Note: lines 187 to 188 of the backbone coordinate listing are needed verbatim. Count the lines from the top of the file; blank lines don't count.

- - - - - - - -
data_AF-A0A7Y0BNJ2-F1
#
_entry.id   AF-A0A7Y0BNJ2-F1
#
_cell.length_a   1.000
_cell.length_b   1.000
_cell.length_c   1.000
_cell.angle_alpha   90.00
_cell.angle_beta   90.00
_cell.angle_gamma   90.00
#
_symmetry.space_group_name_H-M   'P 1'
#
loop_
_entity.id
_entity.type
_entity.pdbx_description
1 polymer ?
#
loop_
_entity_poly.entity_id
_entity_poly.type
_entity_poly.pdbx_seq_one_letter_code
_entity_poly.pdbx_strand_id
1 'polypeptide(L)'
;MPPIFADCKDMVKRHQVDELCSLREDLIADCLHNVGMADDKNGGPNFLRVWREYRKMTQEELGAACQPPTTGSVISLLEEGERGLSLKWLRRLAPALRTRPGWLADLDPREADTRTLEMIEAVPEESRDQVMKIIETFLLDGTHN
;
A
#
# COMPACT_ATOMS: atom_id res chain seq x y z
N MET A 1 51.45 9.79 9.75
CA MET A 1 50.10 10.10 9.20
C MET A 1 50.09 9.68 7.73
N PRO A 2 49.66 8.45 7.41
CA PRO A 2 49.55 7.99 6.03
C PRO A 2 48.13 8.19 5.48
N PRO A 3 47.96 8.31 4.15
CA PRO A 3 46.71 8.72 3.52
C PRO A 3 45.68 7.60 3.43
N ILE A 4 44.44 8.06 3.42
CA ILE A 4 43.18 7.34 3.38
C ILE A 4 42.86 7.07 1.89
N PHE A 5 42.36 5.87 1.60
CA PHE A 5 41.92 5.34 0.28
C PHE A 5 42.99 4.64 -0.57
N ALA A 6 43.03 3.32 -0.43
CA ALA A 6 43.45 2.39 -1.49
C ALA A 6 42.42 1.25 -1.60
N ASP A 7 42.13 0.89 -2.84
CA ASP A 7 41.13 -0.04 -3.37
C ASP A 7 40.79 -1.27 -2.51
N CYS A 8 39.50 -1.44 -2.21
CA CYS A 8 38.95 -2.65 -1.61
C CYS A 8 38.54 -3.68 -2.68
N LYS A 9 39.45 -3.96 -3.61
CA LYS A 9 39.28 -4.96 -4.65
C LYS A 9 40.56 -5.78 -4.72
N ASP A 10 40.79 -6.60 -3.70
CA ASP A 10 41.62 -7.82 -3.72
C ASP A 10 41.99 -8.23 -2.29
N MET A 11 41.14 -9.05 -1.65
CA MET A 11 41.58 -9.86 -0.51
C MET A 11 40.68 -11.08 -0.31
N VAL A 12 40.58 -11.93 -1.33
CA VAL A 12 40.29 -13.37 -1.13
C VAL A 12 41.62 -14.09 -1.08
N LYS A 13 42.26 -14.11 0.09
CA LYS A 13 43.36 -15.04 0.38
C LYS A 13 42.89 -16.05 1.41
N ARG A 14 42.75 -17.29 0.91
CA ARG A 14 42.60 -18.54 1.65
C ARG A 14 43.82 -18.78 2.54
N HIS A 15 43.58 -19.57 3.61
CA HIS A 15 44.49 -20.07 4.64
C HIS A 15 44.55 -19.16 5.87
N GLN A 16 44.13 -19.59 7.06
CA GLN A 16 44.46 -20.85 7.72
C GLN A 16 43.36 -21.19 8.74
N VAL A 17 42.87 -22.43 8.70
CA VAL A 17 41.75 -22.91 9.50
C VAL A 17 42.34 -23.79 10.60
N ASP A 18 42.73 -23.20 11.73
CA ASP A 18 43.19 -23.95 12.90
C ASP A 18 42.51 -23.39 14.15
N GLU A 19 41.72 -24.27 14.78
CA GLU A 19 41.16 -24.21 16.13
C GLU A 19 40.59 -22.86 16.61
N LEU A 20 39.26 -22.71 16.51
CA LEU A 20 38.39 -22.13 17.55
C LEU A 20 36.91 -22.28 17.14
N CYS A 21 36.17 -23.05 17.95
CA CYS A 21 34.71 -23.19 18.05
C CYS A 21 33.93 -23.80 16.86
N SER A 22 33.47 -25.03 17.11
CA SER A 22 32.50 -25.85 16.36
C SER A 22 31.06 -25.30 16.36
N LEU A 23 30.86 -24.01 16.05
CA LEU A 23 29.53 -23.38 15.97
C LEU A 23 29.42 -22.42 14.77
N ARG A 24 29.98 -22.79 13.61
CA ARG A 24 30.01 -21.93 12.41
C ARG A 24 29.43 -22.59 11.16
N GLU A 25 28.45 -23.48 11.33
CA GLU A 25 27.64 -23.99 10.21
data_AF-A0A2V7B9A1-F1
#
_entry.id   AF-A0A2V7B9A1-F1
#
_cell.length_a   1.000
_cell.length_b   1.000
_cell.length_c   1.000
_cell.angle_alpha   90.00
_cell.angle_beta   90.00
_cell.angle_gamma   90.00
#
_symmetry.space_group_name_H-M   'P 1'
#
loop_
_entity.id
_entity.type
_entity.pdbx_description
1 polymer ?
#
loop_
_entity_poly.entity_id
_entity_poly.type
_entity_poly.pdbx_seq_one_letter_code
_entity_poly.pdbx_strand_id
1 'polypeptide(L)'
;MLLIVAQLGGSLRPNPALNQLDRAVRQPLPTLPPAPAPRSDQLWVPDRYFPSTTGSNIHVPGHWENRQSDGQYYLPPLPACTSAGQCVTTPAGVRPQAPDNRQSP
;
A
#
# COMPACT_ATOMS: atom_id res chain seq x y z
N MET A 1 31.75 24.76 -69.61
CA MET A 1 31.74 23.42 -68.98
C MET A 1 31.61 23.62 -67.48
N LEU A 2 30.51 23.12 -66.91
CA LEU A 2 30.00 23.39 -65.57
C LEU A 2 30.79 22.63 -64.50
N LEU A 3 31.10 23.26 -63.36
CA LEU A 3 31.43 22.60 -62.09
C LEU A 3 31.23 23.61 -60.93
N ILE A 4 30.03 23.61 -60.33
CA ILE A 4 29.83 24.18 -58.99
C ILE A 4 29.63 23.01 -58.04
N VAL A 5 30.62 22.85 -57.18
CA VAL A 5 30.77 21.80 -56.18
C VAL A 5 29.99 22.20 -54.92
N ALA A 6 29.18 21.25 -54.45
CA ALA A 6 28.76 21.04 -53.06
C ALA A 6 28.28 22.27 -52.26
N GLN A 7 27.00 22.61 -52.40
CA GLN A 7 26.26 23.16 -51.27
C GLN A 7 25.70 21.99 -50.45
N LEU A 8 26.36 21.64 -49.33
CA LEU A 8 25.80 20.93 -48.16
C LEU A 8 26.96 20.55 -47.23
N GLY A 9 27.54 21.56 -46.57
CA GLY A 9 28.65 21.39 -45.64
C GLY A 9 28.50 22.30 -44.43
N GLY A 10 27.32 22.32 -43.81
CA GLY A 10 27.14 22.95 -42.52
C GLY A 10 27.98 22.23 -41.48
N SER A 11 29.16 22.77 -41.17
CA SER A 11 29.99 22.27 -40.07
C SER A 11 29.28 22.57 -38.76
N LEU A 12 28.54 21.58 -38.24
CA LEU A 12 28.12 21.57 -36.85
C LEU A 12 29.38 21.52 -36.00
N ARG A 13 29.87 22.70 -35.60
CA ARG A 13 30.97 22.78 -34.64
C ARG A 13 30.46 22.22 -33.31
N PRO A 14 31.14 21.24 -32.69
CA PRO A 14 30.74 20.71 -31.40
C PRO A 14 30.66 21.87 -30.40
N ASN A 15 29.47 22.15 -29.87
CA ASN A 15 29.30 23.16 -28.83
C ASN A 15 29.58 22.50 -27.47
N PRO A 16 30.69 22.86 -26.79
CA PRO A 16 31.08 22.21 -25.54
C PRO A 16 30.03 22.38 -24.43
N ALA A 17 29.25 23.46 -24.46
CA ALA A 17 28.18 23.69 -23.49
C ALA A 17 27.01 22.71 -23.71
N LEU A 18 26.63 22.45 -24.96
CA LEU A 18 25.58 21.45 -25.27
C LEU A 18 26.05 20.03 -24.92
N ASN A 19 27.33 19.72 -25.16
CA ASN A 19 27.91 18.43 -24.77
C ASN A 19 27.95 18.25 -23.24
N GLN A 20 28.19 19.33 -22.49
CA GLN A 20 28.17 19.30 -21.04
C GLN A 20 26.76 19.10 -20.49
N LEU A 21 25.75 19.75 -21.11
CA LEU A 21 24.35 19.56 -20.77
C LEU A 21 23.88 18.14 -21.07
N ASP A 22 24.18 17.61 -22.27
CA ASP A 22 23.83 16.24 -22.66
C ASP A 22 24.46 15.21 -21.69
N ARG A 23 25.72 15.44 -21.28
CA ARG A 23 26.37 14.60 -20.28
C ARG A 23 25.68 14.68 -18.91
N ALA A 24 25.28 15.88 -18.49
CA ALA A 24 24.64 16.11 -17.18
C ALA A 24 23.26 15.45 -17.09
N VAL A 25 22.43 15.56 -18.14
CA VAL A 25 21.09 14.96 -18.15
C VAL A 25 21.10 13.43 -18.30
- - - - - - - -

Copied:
CA LEU A 18 25.58 21.45 -25.27
C LEU A 18 26.05 20.03 -24.92